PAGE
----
When a young hockey player suits up for his first professional game there can be many things that run through his head. How will I play against grown men? Can I succeed at this level of play? Will I get enough ice time to prove myself to the higher-ups in the press box?
Sarnia Sting alumnus and current Norfolk Admiral Charles Sarault only needed one game to prove himself. Sarault assisted on a Patrick Maroon’s power play goal in overtime. The Maroon tally he assisted on helped the Club defeat the top seed in the Eastern Conference, the Syracuse Crunch.
The 21-year-old forward signed a three-year entry deal with the Ducks in March. Charlie commented on how his contract with the Ducks came about, “Just hard work and perseverance. I never stopped. My draft year went by and I didn’t have much time where I was in Kingston so when I got traded to Sarnia I got more of an opportunity and made the most out of it and kind of showcased myself.”
After his junior season concluded with the Sting, he had padded his resume with 257 points accumulated over a five-season stint. 157 of those points came this season prior to his pro transition.
Prior to jumping on board with the Admirals, the center man was called upon by the Sting to Captain the Club for a portion of the season. It’s not a role that Sarault took lightly. “I was captain for half the year after Alex Galchenyuk went to Montreal. Those were big shoes to fill. I thought I did well for an older guy on the team. The guys would look up to me. All in all I thought we did a pretty good job for a young team.”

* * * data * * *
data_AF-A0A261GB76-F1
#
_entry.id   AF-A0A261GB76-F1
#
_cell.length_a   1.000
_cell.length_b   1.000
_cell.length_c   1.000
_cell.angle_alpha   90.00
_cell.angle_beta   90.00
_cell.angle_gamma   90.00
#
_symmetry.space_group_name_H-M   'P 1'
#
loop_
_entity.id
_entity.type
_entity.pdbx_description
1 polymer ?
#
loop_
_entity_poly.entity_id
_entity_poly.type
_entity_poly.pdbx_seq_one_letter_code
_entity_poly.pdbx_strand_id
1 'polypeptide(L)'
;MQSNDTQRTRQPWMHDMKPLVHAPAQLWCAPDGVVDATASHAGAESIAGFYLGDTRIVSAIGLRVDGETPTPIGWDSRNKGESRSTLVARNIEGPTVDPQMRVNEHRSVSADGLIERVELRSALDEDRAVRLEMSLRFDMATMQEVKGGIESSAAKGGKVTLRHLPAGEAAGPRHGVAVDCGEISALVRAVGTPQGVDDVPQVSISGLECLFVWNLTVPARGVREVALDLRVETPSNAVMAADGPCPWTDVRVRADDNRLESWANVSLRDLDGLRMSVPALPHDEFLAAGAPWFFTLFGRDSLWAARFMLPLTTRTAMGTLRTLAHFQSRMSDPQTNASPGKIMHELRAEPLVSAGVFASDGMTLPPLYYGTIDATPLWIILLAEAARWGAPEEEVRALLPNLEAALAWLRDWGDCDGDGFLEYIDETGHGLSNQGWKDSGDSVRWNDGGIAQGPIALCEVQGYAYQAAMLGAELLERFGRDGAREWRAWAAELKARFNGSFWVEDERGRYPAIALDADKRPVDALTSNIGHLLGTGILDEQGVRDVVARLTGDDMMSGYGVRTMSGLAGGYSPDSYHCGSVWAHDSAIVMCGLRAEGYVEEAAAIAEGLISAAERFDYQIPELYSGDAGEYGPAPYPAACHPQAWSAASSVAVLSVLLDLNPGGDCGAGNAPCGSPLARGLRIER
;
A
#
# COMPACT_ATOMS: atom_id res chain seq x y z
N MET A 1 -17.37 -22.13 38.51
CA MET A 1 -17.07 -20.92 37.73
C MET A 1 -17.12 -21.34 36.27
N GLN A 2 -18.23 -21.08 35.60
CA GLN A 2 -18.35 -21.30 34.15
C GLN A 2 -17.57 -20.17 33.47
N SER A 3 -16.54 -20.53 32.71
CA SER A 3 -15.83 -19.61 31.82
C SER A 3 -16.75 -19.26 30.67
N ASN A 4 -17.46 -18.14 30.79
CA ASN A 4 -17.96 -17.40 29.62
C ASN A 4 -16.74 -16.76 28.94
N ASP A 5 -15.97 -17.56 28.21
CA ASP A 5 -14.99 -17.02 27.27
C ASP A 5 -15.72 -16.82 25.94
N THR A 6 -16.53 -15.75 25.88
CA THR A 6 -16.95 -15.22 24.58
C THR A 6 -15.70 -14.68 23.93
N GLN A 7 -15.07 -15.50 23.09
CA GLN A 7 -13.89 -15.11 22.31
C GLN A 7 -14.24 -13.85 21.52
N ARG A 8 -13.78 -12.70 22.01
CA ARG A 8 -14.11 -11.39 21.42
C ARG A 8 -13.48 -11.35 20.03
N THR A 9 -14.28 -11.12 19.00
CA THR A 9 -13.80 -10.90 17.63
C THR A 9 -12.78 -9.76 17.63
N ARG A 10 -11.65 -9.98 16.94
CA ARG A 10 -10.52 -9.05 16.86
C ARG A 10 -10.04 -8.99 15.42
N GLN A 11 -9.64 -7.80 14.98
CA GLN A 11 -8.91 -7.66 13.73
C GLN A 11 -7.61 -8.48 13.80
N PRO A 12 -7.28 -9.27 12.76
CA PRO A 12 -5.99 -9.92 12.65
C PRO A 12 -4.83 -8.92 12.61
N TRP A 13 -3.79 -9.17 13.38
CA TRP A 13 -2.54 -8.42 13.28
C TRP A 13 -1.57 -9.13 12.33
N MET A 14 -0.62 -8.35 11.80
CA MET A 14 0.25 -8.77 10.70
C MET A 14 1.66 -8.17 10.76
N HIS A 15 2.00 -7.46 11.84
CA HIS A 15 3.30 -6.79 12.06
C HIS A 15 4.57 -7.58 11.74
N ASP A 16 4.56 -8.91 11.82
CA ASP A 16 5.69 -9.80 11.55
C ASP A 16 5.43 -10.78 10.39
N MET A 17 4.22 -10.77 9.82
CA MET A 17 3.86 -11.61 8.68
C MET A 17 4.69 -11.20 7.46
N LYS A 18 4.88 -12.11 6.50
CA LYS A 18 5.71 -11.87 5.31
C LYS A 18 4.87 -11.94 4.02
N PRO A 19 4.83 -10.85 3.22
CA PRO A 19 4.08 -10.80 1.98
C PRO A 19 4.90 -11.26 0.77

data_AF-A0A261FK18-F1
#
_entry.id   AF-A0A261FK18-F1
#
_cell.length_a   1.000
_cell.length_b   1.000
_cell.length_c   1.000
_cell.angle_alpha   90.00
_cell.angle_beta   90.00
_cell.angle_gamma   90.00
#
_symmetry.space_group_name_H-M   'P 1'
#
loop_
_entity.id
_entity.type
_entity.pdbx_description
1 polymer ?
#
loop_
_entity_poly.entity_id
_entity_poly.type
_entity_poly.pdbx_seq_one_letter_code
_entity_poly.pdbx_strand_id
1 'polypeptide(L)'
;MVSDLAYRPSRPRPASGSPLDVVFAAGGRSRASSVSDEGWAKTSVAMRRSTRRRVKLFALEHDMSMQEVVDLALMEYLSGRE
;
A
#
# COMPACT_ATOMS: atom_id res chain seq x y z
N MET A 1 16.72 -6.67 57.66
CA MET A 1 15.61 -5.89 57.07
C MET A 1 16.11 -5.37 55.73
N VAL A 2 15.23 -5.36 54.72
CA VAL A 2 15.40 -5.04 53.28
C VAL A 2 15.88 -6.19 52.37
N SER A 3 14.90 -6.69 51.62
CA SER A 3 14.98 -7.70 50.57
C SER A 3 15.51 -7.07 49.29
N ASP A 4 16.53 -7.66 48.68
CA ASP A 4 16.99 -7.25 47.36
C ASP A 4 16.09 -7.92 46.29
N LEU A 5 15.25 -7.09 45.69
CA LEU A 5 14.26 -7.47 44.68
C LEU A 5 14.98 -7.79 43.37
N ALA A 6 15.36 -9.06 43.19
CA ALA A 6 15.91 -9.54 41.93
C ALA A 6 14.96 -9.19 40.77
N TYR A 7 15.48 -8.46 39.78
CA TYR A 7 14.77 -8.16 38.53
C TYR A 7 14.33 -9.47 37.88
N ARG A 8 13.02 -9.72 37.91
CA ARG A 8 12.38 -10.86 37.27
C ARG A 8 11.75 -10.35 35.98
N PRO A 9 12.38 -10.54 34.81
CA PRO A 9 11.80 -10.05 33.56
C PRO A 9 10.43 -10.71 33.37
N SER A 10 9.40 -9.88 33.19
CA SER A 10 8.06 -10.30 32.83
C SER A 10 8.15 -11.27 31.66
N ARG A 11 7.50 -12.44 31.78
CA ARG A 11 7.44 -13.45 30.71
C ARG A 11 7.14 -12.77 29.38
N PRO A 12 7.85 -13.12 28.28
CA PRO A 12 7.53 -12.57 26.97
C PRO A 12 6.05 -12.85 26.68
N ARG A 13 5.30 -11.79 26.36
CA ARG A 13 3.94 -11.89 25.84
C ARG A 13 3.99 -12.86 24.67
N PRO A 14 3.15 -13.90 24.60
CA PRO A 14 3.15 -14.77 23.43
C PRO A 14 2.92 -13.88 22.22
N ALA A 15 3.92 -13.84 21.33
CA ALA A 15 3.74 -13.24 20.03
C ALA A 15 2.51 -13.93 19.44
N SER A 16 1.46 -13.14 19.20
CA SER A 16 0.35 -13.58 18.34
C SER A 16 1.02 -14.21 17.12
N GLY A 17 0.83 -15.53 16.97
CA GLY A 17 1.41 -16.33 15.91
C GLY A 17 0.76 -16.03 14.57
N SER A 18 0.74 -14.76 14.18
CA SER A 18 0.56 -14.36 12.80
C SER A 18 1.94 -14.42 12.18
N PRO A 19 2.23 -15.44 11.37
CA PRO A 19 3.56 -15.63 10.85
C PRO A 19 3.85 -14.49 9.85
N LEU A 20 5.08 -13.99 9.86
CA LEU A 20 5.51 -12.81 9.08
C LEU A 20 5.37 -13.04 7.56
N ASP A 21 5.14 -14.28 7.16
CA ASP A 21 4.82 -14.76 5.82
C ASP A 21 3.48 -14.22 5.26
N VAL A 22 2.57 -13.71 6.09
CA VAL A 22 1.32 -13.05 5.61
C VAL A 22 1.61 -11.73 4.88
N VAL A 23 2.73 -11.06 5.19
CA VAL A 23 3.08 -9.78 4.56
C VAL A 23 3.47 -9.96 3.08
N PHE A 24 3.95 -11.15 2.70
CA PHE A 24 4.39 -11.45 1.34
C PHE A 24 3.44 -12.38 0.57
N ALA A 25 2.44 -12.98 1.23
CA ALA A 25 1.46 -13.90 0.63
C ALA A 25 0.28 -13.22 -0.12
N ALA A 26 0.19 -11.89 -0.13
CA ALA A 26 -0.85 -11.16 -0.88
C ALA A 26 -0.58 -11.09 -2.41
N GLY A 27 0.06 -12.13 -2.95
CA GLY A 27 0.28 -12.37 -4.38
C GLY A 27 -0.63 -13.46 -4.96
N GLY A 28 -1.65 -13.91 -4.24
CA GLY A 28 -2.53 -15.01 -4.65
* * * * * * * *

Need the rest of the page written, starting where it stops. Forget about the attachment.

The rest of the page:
The hurdle from juniors to the American League is the biggest one a player will make in his career where players are grown men instead of boys. “Guys are a bit quicker, a bit bigger. Everyone plays the game so well, so smart here compared to junior hockey where guys are sixteen and just learning how to play hockey. Everyone here knows how to play the game,” said Charles on his transition from juniors to pro.
If you ask his line-mate Pierre-Luc Letourneau-Leblond about his first impressions of the rookie, he’ll reply, “He’s a good kid, good player. He has a bright future ahead of him. He has great vision and he’s fast so that’s going to help him. He’s a smaller guy, but he’s so fast and he has the vision so he’s always in the right spot and I think he’s going to have a good career.”
Hailing from Canada where a lot of Canadiens speak French it also aides Letourneau-Leblond in commutating with Charles who also speaks French. “Around the guys we try and speak English, but if it’s just the two of us, we’ll speak French for sure.”
Charles also speaks of how Pierre and the rest of the squad are helping him springboard into pro-life. “PL is French. He is helping me a lot. You get to communicate a little better together and all the other guys have been very welcoming and helpful as well. I have had good talks with Coach. He’s trying to make me feel at home here. They’ve been great to me.”
The light shines bright for Charles and his presence is welcomed as the Norfolk Admirals surge towards clinching a playoff berth. Sir Charles could be the missing piece of Norfolk’s playoff puzzle.
Follow Ted on Twitter @bauerhockeydude
Ted grew up in Virginia. Warren has a passion for the AHL and dishes out articles about the Norfolk Admirals and the AHL. Follow him on Twitter @bauerhockeydude